February 2012: Darwin taught us all about ‘adaptation’ and its connection with the survival of species. This lion-tailed macaque Macaca silenus, aggressively baring its fangs, exemplifies such lessons. A fruit and seed disperser, this omnivorous monkey descended from a wider-ranging ancestor roughly five million years ago. A survivor that managed to overcome every natural challenge thrown at it, the macaque has met its match in Homo sapiens.
In the 1970s, Dr. Sálim Ali, birdman extraordinaire, approached the late Mrs. Indira Gandhi, Prime Minister of India, to ask that a Kerala State Electricity Board proposal for a 140 MW hydroelectric project on the Kunthipuzha river be abandoned as it would drown part of a 50-million-year-old, biodiverse shola and grassland habitat populated by tigers, elephants… and lion-tailed macaques. The last named, he emphasised, lived only in the Western Ghats forests of Karnataka, Kerala and Tamil Nadu.
The timing was right. Mrs. Gandhi, greatly moved by her recent experience at the 1972 United Nations Conference on the Human Environment, had taken to heart the proclamation that: “humans bear a solemn responsibility to protect and improve the environment for present and future generations.” She stopped the dam after a long and torturous series of investigations, in 1984 (shortly before she was assassinated). And Silent Valley (so named because of the absence of cicadas and the loud drone of their love songs) was declared a national park.
Kerala’s short-sighted engineers and politicians were aghast. “Does she care more about monkeys than humans?” they plaintively asked behind closed doors and then, soon after she was assassinated, began plotting to drown an adjacent valley under the infamous Pathrakadavu dam. In the event, Dr. V.S. Vijayan of the Kerala Forest Research Institute (KFRI) and Dr. M.K. Prasad of the Kerala Sasthra Sahitya Parishad (KSSP) and renowned biologist Dr. Sathis Chandra Nair won the day. Silent Valley was saved.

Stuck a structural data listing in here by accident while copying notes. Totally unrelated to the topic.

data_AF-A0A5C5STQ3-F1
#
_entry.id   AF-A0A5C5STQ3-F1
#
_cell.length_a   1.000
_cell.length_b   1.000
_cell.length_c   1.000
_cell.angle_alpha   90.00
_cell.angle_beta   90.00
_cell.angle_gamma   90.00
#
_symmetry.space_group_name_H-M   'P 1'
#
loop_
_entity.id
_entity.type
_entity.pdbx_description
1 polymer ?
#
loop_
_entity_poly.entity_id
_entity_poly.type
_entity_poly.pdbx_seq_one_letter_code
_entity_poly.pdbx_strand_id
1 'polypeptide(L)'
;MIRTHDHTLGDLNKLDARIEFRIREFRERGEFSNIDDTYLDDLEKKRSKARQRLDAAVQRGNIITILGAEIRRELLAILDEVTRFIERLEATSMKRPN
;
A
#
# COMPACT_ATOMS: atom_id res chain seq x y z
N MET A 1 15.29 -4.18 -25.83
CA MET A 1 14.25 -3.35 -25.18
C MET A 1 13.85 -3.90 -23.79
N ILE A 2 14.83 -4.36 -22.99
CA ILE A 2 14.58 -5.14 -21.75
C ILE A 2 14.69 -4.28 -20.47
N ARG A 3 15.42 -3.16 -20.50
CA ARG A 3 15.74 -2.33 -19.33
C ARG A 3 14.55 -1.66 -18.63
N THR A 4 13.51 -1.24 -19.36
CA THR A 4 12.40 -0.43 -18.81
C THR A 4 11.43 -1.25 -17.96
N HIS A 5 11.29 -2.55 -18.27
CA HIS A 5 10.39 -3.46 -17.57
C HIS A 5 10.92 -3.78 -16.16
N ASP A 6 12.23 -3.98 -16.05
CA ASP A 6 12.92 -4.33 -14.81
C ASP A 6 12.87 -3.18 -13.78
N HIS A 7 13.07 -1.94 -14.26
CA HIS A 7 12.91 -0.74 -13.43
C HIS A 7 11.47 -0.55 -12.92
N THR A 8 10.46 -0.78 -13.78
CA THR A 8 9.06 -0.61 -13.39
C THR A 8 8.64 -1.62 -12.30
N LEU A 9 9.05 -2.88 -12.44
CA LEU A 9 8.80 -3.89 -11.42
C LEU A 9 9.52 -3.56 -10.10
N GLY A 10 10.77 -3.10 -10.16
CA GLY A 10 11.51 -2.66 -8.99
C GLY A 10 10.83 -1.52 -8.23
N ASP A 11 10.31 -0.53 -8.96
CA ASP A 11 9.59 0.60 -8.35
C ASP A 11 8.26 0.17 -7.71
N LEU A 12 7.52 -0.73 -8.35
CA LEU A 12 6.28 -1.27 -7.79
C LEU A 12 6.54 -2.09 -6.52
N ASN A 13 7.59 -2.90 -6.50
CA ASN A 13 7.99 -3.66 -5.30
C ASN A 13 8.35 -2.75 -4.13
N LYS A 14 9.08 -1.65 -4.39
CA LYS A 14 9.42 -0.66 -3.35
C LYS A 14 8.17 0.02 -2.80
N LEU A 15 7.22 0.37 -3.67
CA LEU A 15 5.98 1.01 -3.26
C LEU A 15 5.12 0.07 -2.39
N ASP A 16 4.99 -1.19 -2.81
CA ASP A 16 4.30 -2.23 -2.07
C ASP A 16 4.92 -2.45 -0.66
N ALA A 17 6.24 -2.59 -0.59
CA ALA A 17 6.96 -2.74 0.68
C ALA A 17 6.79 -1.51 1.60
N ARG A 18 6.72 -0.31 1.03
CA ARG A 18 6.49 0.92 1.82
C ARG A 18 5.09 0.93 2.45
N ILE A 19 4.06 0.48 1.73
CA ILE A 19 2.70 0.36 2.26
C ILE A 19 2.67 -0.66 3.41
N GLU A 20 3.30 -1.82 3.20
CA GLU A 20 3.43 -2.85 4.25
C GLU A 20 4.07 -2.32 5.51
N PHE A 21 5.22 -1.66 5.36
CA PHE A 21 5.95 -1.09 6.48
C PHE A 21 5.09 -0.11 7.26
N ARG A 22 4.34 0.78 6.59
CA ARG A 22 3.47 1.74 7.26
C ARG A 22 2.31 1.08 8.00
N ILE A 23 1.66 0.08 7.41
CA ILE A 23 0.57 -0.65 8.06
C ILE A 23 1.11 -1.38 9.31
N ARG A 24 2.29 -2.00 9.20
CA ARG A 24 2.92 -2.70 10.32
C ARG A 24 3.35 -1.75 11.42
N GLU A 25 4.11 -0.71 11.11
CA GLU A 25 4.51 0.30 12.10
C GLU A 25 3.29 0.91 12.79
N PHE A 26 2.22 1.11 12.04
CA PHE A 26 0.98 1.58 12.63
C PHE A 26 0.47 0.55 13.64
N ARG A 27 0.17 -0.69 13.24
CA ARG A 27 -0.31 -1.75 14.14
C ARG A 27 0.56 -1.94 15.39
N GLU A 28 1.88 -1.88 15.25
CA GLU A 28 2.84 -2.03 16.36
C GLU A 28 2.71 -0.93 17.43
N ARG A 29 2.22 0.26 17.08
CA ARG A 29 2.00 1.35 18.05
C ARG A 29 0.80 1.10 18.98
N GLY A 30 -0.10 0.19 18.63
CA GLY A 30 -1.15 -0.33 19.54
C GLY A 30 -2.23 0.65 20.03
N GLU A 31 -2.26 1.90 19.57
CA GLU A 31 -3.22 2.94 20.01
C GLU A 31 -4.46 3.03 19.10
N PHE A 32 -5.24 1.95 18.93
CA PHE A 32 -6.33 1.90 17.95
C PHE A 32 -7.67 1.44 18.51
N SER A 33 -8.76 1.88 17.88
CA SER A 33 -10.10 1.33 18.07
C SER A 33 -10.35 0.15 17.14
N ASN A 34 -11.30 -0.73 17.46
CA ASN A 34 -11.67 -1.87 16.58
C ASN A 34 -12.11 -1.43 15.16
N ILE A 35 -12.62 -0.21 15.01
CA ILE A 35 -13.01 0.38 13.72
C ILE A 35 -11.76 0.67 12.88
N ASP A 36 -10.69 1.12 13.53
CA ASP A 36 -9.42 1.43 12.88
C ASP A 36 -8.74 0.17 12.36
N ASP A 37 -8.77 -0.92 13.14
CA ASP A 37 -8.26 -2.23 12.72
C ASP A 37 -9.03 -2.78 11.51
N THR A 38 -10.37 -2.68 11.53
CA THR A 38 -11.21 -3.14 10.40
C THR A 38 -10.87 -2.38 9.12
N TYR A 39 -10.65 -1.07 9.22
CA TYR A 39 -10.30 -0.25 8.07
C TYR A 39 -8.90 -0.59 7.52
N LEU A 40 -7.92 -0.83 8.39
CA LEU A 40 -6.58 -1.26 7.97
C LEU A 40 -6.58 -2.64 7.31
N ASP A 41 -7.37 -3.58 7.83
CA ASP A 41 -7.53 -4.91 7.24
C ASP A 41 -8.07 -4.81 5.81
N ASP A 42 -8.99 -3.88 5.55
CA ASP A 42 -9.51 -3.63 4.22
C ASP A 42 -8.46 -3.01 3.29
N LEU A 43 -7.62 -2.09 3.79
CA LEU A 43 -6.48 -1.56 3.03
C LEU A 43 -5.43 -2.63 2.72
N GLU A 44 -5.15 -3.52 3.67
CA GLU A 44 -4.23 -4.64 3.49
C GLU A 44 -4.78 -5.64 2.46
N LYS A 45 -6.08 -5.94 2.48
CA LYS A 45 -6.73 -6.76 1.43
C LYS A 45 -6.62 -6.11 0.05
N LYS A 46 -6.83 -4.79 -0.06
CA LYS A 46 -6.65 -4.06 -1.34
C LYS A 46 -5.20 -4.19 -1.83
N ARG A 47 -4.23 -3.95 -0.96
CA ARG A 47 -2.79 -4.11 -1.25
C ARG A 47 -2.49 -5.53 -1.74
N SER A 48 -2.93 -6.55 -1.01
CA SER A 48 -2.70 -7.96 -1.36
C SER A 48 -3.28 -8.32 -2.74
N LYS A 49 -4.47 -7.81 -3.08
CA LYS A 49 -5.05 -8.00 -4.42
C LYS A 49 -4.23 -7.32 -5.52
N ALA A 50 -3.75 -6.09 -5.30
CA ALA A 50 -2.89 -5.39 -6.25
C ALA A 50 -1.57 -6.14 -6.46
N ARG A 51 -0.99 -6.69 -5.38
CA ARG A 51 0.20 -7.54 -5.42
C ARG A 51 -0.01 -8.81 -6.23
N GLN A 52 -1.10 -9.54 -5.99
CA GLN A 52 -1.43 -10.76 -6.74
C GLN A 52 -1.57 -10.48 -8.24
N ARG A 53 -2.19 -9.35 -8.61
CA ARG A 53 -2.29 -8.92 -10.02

In hindsight, four decades down the line, with the climate change writing on the wall, protecting Silent Valley was fortuitous. In a warming world, the climate moderation and the water supply contribution of such forests is virtually all that stand between millions of Indians and starvation. While agro-scientists busy themselves by trying to figure out how climate change will affect food grains, pulses and what have you, they continue to miss the glaring signals being sent to them by nature. Among other indicators, these include early and late flowering, early and late migrations, and early and late nesting.
India’s leaders, who are being assailed at so many levels by a public tired of their shenanigans, should ideally be heeding such ‘blinking lights’ to prepare us for an uncertain future. Instead they have chosen to bare their fangs all over again. In January 2012, Kerala Electricity Minister Aryadan Muhammed again asked for the Pathrakadavu Hydroelectric Project to be constructed, knowing it lies in Silent Valley’s buffer zone.
So the alarm call has rung and the old battle must be relaunched.
Stalwarts such as Dr. Sathis Chandra Nair, M.K. Prasad and V.S. Vijayan could do with some help from some of the younger conservationists in India. If any Sanctuary readers wish to know more or support these nation builders, we will gladly put you in touch with them if you write to: The Editor, Sanctuary Asia,
Bittu Sahgal, Editor, Sanctuary Asia, Vol XXXII No. 1, February 2012